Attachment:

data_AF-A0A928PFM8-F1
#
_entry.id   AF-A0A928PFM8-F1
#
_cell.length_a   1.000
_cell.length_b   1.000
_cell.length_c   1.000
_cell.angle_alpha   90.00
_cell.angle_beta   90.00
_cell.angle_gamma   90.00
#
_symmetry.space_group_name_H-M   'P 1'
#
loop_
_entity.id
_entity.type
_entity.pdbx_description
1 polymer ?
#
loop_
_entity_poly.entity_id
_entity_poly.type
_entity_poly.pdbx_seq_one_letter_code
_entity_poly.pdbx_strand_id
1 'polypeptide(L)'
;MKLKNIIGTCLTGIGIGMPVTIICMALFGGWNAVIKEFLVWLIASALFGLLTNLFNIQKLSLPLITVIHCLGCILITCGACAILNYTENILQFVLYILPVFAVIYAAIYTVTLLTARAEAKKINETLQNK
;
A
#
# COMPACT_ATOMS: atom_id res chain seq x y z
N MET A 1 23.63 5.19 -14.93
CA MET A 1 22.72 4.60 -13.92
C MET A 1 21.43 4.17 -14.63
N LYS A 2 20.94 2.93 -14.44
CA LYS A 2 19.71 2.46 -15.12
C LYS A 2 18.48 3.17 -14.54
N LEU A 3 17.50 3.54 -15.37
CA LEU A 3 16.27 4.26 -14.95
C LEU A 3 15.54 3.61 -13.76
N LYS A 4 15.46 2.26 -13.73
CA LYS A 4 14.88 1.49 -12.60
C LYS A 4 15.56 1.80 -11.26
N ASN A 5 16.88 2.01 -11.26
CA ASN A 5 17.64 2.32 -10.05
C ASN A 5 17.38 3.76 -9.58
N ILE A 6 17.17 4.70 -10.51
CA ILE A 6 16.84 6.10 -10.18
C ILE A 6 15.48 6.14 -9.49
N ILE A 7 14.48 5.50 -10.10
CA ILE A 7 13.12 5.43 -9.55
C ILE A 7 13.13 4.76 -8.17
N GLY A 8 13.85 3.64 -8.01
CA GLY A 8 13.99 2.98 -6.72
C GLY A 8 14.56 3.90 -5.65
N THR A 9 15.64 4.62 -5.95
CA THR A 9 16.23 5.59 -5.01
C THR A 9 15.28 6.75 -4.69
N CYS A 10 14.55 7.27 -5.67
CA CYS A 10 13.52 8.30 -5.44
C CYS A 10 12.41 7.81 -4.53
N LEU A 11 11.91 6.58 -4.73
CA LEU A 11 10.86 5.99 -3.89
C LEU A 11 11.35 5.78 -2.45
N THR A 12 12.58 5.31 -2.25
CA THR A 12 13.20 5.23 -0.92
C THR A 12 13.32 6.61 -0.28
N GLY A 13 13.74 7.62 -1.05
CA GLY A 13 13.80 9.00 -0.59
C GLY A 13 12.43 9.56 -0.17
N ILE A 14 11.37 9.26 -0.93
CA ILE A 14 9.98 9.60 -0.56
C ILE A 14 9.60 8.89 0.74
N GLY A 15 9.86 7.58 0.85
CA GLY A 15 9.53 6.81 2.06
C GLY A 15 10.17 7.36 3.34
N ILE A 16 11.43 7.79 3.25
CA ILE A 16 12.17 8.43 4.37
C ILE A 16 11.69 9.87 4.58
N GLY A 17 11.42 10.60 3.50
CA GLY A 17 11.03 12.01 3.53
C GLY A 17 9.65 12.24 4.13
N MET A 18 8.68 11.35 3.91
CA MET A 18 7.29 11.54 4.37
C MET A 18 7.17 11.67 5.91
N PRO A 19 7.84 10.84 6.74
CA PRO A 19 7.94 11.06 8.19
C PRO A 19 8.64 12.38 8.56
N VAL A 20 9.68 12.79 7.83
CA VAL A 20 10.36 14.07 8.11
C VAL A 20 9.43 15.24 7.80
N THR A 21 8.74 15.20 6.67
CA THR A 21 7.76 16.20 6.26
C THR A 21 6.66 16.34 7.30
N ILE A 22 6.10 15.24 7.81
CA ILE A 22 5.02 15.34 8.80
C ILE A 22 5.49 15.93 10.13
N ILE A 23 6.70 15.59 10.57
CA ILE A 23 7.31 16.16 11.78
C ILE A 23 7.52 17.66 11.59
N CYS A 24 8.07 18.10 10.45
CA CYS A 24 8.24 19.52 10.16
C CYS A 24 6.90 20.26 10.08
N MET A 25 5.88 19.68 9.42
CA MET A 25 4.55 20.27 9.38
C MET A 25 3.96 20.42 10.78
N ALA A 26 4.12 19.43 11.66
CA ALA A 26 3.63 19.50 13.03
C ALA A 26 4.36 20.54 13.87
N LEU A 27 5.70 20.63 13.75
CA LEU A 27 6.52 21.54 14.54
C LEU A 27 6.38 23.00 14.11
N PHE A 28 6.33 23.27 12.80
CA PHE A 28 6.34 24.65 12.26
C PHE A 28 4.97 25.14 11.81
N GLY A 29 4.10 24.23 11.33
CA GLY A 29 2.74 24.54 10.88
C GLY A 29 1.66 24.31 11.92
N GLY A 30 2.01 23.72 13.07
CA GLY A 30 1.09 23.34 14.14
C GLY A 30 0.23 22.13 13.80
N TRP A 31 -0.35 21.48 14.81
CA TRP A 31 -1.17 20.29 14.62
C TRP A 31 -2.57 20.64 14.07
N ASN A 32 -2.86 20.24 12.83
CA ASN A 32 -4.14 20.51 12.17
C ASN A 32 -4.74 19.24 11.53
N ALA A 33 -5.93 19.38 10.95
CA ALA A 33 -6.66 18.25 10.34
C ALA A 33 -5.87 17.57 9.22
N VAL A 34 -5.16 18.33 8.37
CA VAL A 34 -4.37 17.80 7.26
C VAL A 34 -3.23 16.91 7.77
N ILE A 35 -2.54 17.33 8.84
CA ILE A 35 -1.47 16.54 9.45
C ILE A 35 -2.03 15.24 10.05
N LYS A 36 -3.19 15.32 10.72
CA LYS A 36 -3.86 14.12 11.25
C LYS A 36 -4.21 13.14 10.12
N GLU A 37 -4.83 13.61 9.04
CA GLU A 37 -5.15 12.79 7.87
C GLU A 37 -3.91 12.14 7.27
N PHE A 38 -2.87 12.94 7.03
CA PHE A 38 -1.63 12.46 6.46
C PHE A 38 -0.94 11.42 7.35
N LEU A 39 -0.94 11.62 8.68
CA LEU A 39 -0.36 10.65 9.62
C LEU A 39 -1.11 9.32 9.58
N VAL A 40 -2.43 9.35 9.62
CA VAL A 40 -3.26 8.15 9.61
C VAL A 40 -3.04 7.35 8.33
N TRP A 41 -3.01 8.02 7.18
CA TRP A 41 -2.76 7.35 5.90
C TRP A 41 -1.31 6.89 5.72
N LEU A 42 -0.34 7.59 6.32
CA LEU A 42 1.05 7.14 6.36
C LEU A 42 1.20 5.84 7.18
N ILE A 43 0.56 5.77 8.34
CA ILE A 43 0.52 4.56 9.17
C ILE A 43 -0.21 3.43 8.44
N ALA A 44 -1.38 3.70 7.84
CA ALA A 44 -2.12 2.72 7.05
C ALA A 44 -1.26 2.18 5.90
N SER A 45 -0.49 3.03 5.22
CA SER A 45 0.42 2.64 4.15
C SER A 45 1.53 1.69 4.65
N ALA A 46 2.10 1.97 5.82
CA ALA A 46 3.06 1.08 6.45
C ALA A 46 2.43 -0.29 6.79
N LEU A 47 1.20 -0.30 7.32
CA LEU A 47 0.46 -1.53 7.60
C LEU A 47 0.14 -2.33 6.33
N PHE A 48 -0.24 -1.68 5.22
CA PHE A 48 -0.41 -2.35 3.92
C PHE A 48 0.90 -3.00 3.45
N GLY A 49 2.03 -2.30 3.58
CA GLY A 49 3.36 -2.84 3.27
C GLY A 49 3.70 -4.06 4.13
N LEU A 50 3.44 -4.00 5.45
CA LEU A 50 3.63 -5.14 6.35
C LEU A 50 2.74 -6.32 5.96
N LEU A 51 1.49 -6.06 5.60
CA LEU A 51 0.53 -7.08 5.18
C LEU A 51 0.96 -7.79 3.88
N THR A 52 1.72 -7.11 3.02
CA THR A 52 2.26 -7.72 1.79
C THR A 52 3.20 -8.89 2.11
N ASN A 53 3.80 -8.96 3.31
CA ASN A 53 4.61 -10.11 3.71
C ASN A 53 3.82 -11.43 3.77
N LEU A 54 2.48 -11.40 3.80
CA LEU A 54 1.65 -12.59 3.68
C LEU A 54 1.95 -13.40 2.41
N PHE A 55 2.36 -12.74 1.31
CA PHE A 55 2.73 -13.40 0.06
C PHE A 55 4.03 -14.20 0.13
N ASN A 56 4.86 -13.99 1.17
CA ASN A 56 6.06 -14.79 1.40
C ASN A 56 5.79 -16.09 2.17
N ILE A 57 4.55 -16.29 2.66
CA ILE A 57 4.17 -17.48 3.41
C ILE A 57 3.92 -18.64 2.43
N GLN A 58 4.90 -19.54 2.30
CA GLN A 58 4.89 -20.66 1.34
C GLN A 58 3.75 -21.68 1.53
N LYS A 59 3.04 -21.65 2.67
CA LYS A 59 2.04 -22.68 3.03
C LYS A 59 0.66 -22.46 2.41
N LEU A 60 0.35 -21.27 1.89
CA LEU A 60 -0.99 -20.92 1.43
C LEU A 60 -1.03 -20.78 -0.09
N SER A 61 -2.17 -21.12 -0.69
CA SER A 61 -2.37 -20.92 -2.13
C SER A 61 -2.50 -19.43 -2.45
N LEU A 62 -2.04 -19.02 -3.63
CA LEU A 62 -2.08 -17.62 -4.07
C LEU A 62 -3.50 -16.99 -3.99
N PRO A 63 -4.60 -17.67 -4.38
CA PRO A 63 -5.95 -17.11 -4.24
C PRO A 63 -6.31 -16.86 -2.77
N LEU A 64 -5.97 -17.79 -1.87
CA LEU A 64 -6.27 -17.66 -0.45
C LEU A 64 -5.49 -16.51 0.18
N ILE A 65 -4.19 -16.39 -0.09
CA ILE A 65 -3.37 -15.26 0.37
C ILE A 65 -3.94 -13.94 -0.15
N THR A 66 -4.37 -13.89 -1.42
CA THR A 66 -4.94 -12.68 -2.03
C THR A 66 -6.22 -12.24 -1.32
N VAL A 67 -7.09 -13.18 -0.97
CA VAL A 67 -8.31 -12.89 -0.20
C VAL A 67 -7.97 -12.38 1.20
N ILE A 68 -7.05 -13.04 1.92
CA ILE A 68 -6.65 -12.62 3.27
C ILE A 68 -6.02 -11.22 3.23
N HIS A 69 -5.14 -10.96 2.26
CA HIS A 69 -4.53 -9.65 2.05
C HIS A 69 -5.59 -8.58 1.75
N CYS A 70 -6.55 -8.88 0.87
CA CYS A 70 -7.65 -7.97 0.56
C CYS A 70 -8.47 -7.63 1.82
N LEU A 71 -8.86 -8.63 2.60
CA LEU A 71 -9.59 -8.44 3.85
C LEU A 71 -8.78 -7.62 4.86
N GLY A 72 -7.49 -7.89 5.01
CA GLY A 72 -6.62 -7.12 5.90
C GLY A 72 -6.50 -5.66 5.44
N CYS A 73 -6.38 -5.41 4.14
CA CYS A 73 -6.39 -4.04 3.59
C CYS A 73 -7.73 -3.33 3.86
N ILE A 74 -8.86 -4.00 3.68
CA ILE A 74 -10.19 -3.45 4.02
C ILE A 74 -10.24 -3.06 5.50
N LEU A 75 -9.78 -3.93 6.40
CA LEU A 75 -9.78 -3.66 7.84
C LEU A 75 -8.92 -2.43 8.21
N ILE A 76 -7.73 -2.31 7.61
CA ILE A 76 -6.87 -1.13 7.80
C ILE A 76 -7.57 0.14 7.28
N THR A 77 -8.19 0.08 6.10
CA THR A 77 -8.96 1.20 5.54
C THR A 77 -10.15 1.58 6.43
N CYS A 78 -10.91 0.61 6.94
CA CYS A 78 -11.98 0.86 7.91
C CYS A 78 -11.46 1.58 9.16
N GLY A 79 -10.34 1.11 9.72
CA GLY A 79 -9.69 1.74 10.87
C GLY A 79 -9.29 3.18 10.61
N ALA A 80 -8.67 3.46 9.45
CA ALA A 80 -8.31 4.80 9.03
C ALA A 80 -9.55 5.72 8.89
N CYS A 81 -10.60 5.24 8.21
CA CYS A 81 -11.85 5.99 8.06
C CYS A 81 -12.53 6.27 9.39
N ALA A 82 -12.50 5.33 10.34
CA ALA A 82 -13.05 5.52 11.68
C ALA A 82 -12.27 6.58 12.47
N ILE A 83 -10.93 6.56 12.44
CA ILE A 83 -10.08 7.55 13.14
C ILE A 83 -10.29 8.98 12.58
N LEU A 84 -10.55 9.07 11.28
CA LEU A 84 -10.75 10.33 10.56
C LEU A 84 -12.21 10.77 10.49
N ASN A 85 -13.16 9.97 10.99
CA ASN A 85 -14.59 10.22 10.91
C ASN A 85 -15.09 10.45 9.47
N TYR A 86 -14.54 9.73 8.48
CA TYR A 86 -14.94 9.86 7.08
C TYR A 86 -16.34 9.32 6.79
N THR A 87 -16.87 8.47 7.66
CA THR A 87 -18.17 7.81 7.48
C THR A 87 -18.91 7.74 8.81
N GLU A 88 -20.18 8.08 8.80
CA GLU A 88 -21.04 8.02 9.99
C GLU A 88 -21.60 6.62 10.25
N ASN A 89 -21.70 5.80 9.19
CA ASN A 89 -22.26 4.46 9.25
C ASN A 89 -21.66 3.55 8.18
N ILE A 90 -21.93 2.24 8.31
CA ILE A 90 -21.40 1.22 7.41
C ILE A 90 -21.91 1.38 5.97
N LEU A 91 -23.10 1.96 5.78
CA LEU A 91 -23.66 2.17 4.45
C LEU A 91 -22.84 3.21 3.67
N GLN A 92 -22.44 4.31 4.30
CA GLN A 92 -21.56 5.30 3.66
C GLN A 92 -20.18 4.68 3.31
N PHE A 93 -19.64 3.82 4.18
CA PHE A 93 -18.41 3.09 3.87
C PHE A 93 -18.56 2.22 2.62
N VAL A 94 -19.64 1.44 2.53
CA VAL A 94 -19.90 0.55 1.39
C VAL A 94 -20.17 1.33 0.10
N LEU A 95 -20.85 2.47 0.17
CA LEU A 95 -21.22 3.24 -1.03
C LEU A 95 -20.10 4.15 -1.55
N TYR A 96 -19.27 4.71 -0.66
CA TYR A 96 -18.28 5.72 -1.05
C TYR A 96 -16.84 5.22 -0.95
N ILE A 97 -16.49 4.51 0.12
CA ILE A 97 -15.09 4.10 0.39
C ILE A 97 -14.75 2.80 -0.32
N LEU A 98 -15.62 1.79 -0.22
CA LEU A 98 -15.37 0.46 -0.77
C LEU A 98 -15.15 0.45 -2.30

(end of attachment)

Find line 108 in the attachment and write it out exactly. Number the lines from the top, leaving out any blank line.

C ALA A 26 4.36 20.54 13.87